"We do forestry right in Oregon, and we should all be proud of that."
That's what Sara Wu, the director of the World Forest Institute, said when accepting the International Business Award from the Oregon Consular Corps (see story).
What a refreshing comment. In an era where lawsuits against forest landowners still make headlines, Sara's comment is a great reminder of how far the forest sector has come. That's not to say we always get it right or there isn't more to learn. We're learning every day, and forest practices change to keep up with the times.
As we built our new website, I was amazed to learn that the Oregon Legislature has amended the Oregon Forest Practices Act 20 times since it was first passed in 1971. And the Oregon Board of Forestry has modified the administrative rules and regulations dozens of times to meet the law's requirements.
That means that as new science and experience have come to light, our citizen legislature and citizen board - as well as forest landowners - have embraced change to make sure we protect our precious natural resources for future generations. That the act has changed and become stronger is a sign of health.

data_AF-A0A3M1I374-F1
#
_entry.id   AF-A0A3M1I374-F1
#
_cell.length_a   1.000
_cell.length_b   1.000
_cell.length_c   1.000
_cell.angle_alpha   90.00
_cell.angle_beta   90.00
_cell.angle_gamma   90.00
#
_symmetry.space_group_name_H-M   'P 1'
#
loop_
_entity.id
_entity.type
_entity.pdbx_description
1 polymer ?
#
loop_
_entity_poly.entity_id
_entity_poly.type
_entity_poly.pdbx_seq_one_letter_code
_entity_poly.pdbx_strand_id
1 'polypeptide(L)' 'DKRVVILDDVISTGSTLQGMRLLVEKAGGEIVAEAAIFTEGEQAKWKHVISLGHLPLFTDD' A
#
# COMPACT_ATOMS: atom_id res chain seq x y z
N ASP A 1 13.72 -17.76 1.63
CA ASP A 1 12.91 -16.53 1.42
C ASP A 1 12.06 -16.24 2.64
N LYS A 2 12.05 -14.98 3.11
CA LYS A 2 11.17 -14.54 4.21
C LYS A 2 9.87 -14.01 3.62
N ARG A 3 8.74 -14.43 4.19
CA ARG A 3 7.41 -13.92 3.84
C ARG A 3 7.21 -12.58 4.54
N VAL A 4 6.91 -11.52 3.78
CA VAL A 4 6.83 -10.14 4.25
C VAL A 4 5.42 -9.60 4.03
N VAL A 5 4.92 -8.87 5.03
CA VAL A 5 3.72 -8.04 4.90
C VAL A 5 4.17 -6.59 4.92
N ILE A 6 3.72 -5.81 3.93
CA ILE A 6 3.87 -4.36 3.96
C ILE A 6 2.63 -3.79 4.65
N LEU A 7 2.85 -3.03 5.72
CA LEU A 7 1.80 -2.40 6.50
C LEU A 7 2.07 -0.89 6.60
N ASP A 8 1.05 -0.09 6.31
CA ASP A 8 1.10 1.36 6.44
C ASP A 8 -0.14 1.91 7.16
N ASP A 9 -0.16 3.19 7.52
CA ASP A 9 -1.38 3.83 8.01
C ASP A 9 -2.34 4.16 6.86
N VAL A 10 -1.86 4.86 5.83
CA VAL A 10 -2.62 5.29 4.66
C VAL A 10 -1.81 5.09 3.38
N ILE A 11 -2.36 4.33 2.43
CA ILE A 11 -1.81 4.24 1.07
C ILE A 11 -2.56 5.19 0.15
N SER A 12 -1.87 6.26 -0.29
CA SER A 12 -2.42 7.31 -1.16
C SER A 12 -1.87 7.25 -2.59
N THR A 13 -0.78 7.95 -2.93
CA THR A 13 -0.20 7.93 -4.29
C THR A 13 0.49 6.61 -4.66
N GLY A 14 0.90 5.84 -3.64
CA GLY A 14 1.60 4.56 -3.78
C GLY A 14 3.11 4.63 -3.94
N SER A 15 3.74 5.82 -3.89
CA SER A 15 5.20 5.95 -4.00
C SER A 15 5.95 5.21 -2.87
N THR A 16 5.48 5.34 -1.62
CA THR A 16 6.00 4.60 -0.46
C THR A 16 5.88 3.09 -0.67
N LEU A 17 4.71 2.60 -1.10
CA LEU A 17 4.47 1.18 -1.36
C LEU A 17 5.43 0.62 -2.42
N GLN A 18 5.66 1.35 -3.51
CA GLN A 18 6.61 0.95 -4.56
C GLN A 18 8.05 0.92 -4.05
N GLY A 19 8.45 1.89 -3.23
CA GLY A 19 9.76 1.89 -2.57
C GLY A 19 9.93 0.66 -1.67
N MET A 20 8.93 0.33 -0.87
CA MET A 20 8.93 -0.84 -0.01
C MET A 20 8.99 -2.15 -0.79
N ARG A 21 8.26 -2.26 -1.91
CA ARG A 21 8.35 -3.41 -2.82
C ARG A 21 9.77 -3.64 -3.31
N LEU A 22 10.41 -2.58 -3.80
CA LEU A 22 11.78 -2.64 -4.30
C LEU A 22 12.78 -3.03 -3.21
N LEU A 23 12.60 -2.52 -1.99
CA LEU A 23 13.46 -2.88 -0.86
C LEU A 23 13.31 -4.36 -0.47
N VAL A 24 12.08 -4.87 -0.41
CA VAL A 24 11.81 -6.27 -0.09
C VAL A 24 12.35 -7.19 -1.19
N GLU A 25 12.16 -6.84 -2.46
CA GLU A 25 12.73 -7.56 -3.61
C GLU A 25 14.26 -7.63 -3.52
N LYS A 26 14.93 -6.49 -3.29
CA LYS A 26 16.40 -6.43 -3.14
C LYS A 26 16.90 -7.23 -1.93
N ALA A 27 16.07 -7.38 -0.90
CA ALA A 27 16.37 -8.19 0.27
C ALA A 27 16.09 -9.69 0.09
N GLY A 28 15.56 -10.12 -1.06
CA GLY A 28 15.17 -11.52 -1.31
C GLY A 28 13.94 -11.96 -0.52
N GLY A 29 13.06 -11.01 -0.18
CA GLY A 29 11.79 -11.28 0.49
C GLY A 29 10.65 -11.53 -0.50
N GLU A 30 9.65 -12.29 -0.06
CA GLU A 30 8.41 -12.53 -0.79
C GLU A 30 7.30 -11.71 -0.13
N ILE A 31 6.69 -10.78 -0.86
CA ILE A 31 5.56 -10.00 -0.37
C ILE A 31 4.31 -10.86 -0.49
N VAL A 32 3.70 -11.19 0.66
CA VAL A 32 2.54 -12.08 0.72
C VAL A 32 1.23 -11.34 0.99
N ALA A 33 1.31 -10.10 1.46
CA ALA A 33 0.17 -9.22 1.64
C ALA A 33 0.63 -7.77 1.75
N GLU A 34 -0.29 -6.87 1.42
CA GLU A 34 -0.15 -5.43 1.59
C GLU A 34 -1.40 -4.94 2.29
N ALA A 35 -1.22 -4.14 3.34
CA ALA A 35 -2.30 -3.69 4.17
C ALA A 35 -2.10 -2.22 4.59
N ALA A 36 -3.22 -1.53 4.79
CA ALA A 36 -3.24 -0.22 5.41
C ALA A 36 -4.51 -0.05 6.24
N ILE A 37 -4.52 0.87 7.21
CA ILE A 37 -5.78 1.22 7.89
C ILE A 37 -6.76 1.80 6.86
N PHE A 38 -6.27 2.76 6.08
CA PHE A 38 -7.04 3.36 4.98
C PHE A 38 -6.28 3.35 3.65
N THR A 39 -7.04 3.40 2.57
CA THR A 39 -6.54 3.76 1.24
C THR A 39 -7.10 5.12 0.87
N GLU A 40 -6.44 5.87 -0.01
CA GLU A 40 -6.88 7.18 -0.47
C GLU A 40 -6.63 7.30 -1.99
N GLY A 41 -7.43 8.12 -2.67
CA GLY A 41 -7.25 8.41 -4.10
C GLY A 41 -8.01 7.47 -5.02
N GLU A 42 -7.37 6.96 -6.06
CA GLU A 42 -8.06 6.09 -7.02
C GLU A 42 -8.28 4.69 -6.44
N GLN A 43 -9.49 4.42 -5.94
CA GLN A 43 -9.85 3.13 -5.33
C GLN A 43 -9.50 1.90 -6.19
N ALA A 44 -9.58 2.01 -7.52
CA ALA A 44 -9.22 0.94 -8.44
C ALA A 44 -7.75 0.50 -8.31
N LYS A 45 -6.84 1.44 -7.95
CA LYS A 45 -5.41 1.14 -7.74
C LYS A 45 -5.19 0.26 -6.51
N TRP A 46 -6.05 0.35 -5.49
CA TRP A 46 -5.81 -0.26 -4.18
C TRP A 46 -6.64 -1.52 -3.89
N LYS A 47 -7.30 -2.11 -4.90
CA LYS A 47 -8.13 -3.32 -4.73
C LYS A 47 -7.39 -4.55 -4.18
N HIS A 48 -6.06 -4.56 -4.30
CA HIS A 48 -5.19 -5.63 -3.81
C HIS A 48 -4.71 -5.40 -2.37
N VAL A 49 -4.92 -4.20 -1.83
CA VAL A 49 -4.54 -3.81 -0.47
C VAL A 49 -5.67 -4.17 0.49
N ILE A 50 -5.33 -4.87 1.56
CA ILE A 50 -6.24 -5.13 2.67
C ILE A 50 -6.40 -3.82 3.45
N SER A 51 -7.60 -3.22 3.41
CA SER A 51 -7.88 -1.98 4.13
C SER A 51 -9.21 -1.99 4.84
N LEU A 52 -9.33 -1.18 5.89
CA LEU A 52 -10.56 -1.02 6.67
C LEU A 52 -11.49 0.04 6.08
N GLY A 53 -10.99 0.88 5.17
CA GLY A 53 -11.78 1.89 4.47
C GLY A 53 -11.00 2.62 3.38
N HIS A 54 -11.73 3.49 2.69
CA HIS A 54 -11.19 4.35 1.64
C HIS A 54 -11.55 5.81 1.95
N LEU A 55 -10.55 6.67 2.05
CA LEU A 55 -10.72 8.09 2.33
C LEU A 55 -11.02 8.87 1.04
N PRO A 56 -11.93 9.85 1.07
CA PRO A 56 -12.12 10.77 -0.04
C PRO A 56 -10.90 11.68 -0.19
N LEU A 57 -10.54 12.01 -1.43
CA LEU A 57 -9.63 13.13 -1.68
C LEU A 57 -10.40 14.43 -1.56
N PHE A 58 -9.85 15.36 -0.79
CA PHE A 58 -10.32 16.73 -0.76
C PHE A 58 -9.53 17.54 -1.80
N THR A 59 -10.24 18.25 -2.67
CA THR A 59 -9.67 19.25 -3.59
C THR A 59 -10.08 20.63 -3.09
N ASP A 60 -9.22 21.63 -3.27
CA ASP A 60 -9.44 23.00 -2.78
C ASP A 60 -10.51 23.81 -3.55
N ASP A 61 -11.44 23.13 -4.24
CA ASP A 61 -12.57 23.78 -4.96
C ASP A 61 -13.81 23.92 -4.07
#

It shouldn't surprise anyone that forestry scholars from around the world come to Oregon to intern at the World Forest Institute, located at the World Forestry Center near Washington Park. Oregon is "ground zero" for advanced forest management practices. What we do here has influence far beyond our state borders. And that's something of which we can all be proud.
- Paul Barnum